This weekend I am saying goodbye to my 18 year old son who is going to university. For some time he has been talking about the ’emotions’ of saying goodbye, and the fact I will need tissues for my tears. Any psychologist would say that there was some transference within that comment, but it is one of those rites of passage: saying goodbye to the past life to move forward.
But this situation made me consider how we say ‘Goodbye’ or more specifically within business communication situations. Of course email etiquette says that you finish the correspondence with ‘best wishes’ or ‘thank you’. But how about when you have contributed with speaking.
- A Presentation
- Contributing to a Meeting
- An interview
- A Speech
- Telephone conversation
The fact is that we are unable to take in all of the information of a conversation, and being memorable, or emphasising a summary of what we say is so important.
I am not the only speaker who initially made the mistake of having a very weak finish to a speech or presentation. Perhaps I had taken questions from the audience and then everything fizzled out and people JUST WENT HOME. Yet, if I had said something memorable or a call to action, it would have been a much better experience for both the audience, and myself. So instead of saying “thanks for listening” or “I hope you had a good time” be more specific. Here are a couple of examples of what you could do.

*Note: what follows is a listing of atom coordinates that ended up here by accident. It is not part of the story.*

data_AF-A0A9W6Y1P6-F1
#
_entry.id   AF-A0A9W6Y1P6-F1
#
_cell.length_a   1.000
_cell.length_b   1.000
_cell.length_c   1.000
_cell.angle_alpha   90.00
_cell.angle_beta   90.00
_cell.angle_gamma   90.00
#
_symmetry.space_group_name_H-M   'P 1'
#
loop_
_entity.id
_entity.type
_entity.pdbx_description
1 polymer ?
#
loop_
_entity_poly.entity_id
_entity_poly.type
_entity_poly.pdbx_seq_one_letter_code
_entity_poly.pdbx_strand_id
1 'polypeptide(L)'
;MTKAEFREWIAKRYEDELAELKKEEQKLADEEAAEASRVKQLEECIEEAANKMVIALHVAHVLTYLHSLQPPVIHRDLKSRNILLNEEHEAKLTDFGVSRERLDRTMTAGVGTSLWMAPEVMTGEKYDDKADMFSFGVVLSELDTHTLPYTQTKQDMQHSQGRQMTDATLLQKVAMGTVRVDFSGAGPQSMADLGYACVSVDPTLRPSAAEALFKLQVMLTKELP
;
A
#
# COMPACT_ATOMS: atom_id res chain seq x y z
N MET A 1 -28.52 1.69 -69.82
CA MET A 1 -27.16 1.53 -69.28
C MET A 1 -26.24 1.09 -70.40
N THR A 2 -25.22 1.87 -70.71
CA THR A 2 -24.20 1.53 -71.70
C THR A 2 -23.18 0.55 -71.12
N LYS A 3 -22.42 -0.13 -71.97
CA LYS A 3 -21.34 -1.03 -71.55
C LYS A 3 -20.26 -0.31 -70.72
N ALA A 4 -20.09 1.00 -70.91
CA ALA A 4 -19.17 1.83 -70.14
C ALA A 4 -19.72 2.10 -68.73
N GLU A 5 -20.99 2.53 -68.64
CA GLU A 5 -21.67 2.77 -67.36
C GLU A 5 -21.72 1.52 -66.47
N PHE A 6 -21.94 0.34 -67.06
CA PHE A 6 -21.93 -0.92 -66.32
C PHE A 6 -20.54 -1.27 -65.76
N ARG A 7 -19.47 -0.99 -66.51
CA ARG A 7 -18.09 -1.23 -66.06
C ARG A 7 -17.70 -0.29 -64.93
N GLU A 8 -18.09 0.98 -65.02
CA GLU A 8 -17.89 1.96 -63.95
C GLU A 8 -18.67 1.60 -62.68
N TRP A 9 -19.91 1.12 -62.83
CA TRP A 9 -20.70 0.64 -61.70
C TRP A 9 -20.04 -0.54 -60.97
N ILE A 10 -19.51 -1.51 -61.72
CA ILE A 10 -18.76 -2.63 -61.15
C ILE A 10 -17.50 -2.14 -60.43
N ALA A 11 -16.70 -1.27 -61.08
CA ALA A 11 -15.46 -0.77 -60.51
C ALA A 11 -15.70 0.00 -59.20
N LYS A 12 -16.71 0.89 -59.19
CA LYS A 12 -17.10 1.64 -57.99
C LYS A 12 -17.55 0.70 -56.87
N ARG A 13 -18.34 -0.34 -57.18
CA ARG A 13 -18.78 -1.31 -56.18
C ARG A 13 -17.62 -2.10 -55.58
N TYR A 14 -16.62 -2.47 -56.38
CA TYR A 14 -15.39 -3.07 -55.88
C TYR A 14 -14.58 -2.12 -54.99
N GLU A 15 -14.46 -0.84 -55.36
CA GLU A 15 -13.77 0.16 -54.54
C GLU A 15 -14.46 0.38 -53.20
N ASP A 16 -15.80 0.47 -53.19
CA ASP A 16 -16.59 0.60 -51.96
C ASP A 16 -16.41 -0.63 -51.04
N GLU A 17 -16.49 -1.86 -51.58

Pitching: tell the investors that they need to back your project.
Presentation: repeat the first action the audience needs to do.
Meeting: repeat the first action everyone needs to do (or the main point of your contribution in one sentence)
Interview: Summarise in one sentence what you can do and contribute to the job and why they should employ you.
A Speech: A call to action – e.g. connect with me on Linkedin, buy my book at the back of the room, arrange a one to one call
Telephone conversation: Repeat the purpose of the call in summary.
Then the audience will remember what to do!
And as for me this weekend; yes I am going to cry. It is the end of an era. But I have already explained to my son that it isn’t because I am sad, but proud of him. Good bye!
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